With key committee chairs and Congressional leadership positions in both the House and Senate filled by Democrats open to climate change policy, we should at least see hearings working on crafting appropriate legislative responses to climate change, and probably debate on the floor on one or more bills. Perhaps a bill will even clear the House and Senate, forcing a hopefully unpopular vetoe from President Bush.

    I am more hopeful that other pieces of energy legislation that will help develop our nation's abundant homegrown renewable energy resources will pass in the upcoming session. I'm pretty confident that the Production Tax Credit will be extended, hopefully out to at least 2010, which would go a long way to maintain the boom in renewables development in the U.S..

    Maybe some of these policy suggestions - or something similar - will also pass.

    Read more!

    Thursday, November 16, 2006

    Warnings from a Warming World: New Analysis Shows Recent 4x Growth in Rate of Global CO2 Emissions

    [From Green Car Congress:]

    The global growth in the rate of carbon dioxide emissions from fossil fuels was 4 times greater in the period between 2000 to 2005 than in the preceding 10 years, according to an analysis by the Global Carbon Project, a component of the Earth System Science Partnership (ESSP).

    Despite efforts to reduce carbon emissions, the global growth rate in CO2 has climbed to 3.2% in the five years to 2005 compared to 0.8% in the period 1990 to 1999, according to the data presented. The data puts carbon dioxide emissions over the last five years as tracking close to the A1B emission scenario from the Intergovernmental Panel on Climate Change (IPCC), according to the GCP analysis.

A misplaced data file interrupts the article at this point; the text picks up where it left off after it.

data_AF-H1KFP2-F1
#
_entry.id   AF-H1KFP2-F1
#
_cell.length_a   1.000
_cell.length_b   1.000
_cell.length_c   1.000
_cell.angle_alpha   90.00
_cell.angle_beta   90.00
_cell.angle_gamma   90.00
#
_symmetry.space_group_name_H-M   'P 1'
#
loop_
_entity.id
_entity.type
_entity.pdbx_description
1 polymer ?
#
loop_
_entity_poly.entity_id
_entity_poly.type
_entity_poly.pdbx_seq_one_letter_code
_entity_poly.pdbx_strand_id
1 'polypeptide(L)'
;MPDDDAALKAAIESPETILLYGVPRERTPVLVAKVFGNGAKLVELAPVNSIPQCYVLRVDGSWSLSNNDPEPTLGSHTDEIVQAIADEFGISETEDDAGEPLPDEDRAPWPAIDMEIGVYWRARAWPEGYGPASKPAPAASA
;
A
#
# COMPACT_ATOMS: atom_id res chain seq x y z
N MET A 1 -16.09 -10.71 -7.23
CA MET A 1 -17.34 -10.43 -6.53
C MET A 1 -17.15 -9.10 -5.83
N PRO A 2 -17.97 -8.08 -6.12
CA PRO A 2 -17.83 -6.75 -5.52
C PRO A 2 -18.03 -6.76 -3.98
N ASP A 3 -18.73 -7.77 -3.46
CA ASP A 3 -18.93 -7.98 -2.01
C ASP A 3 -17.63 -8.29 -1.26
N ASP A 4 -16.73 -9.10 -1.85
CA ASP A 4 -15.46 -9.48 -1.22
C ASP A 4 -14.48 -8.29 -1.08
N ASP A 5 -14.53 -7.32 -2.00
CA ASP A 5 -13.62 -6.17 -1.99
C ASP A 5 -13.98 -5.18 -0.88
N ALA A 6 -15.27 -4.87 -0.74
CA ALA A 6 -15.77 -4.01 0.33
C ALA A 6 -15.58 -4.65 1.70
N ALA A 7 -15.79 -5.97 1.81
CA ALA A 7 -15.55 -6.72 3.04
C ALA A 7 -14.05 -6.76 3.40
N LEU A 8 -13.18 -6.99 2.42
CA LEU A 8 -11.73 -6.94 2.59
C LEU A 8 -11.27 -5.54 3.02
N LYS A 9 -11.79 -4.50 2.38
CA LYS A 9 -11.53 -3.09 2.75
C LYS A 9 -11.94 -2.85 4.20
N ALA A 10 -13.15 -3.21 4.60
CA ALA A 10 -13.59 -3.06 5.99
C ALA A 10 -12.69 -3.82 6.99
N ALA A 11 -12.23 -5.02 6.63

"This is a very worrying sign," said Dr Mike Raupach, Chair of the Global Carbon Project. "It indicates that recent efforts to reduce emissions have virtually no impact on emissions growth and that effective caps are urgently needed."

    The A1 scenarios describe a future world of very rapid economic growth, global population that peaks in mid-century and declines thereafter and, in several variations of it, the rapid introduction of new and more efficient technologies. A1 is subdivided into A1FI (fossil-fuel intensive), A1T (high-technology), and A1B (balanced). A1FI generates the most CO2 emissions and A1T the least—but even A1T sees a near doubling of pre-industrial atmospheric concentration of CO2 by 2100.

    The A1B scenario assumes that 50% of energy over the next century will come from fossil fuels, and leads to unacceptably high atmospheric CO2 concentrations resulting in, according to some estimates, a temperature increase of almost 3° C in global average temperature by 2100 compared to 1990. (See chart at right.) Other projections put the A1B temperature increase at 4° C.

    [Change in global average temperature under different scenarios. Click to enlarge. Source: Arnell, Avoiding Dangerous Climate Change]

    Dr Josep Canadell, Executive Director of the Global Carbon Project:

    "On our current path, we will find it extremely difficult to rein in carbon emissions enough to stabilize the atmospheric CO2 concentration at 450 ppm and even 550 ppm will be a challenge. At some point in the near future, we will miss the boat in terms of achieving acceptable levels of carbon dioxide in the atmosphere."
    Due to the phenomenon of environmental inertia, even when anthropogenic emissions do begin to decrease, atmospheric CO2 will continue to rise for up to as much as a century. Global temperatures will continue to increase for an even longer period, locking the world into continuing climate change. Effective management of Earth system inertia depends on early and consistent actions, notes the ESSP.